This week's historic Minneapolis election saw municipal voter turnout reach a high stretching back at least four decades, as voters reelected the mayor and struck down an attempt to replace the police department.

Voter turnout surged for the third city election in a row, with about 54% of registered voters casting ballots before and on Election Day, according to a Star Tribune analysis of preliminary data. That beats any recorded rates since at least 1979. Wards along the city's southern and western edges saw the largest spikes in engagement.

More than 140,000 first choice votes were cast in the mayoral race alone – a big increase from the roughly 100,000 in 2017.

"This was a confluence of competitiveness, of resources and issues of extraordinary relevance to the lives of Minneapolis residents," said Larry Jacobs, a political science professor at the University of Minnesota. Significant amounts of fundraising and spending during a year characterized by close races and hotly contested ballot initiatives helped drive people to the polls, he said.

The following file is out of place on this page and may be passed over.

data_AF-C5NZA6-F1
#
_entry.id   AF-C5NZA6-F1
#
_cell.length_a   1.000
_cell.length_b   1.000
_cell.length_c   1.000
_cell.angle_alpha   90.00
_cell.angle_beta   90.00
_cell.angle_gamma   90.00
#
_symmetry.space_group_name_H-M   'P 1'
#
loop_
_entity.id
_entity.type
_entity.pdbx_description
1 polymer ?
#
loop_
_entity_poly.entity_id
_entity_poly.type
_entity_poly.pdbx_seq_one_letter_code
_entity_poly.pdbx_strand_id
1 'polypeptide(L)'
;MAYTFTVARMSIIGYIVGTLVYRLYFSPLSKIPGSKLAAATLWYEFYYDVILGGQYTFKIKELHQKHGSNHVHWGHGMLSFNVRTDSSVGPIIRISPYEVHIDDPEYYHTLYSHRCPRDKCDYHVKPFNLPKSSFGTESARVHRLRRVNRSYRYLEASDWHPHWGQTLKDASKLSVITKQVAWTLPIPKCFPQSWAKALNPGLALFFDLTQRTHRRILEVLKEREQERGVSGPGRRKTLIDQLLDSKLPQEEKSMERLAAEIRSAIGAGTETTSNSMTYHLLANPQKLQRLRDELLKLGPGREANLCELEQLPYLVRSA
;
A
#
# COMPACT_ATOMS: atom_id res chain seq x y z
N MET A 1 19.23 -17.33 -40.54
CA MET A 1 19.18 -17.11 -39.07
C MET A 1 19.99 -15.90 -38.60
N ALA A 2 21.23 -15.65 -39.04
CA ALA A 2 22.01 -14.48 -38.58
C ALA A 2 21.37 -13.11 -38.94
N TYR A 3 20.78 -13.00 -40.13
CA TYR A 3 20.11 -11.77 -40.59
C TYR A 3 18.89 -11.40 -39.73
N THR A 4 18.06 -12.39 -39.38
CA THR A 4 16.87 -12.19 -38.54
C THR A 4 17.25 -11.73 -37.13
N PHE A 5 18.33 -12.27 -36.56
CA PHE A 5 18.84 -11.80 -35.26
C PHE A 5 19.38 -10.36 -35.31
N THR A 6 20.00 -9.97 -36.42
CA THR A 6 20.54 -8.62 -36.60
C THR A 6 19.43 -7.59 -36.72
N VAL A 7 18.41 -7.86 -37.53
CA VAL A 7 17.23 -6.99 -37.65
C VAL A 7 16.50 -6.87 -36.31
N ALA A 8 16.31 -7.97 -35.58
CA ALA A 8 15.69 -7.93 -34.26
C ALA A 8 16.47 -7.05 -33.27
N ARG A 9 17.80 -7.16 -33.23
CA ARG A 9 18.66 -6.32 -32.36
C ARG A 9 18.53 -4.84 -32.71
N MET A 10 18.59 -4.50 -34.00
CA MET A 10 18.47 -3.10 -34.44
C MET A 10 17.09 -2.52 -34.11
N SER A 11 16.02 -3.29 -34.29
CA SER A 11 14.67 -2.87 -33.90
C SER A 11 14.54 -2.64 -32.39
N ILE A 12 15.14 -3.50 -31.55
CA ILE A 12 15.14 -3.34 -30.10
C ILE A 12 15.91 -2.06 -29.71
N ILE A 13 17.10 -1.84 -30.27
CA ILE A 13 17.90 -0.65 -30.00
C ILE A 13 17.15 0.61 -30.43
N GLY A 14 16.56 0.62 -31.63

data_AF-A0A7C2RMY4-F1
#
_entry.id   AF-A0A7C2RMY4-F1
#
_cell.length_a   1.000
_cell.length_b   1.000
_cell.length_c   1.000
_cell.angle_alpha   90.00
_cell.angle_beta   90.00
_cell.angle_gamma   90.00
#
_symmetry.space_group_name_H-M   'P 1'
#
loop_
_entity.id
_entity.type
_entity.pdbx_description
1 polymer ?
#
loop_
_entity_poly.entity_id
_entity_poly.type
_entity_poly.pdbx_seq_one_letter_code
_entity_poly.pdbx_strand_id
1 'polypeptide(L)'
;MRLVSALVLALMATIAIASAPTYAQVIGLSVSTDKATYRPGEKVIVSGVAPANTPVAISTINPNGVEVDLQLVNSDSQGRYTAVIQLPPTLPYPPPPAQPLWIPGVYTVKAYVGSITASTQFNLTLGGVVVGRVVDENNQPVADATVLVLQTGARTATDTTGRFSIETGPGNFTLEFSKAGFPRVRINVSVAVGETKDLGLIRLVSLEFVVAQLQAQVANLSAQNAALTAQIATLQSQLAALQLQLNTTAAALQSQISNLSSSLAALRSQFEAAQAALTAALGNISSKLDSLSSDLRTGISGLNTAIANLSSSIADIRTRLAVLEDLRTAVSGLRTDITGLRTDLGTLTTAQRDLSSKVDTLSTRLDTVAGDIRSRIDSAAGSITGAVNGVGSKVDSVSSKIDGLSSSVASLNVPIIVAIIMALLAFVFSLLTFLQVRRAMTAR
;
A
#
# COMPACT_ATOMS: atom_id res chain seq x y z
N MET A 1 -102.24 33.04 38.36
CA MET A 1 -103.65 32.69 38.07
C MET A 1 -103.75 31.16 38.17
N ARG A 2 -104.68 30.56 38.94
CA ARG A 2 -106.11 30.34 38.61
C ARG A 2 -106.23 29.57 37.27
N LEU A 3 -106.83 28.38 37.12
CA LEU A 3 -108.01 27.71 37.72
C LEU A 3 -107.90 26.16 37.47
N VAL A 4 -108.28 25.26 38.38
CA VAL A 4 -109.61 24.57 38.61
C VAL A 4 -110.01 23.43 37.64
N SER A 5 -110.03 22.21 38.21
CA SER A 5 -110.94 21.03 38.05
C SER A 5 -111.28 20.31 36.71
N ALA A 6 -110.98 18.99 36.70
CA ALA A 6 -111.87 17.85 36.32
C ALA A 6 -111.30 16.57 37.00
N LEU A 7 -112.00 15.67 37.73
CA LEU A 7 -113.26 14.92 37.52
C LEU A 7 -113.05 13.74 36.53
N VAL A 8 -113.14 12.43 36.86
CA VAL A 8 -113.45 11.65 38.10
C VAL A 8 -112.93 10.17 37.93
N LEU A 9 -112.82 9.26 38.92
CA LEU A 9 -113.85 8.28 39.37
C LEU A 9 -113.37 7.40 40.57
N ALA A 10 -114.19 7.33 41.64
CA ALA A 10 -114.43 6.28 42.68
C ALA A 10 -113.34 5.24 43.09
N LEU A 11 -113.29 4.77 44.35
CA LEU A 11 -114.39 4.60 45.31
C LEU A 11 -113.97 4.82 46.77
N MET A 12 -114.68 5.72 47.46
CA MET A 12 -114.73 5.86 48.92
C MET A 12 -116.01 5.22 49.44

While Minnesota is widely recognized for its high voter engagement during general election years, turnout in Minneapolis municipal contests had reached a low in 2009, the same year rank choice voting was introduced to the city. Since then, voter turnout during municipal elections has grown steadily.

Except for the Sixth Ward near downtown, every ward saw turnout increases.

Controversial charter amendments – such as an attempt to replace the Minneapolis Police Department that 56% of voters struck down – and a heated mayoral race may have helped drive higher turnout.

For instance, the city's southernmost wards often deliver among the highest voter turnout during city elections, and were also instrumental in voting down the public safety ballot question. They also saw about a 19-point increase in registered voter turnout this year.

The Second Ward, which includes parts of the University of Minnesota area, also saw a stronger turnout boost. The Eighth and Ninth wards, which encompass places near George Floyd Square, saw significant jumps as well, as did the Tenth Ward that includes Whittier. All showed the strongest support for the public safety amendment.

Minneapolis voter turnout during presidential and midterm election years has ranged from 20 to more than 50 percentage points higher than typical municipal contests during the 21st Century.

Last year's presidential election saw Minneapolis reach yet another turnout milestone at 81%, with absentee balloting driving those numbers up. This year, early voting only comprised 20% of the overall vote.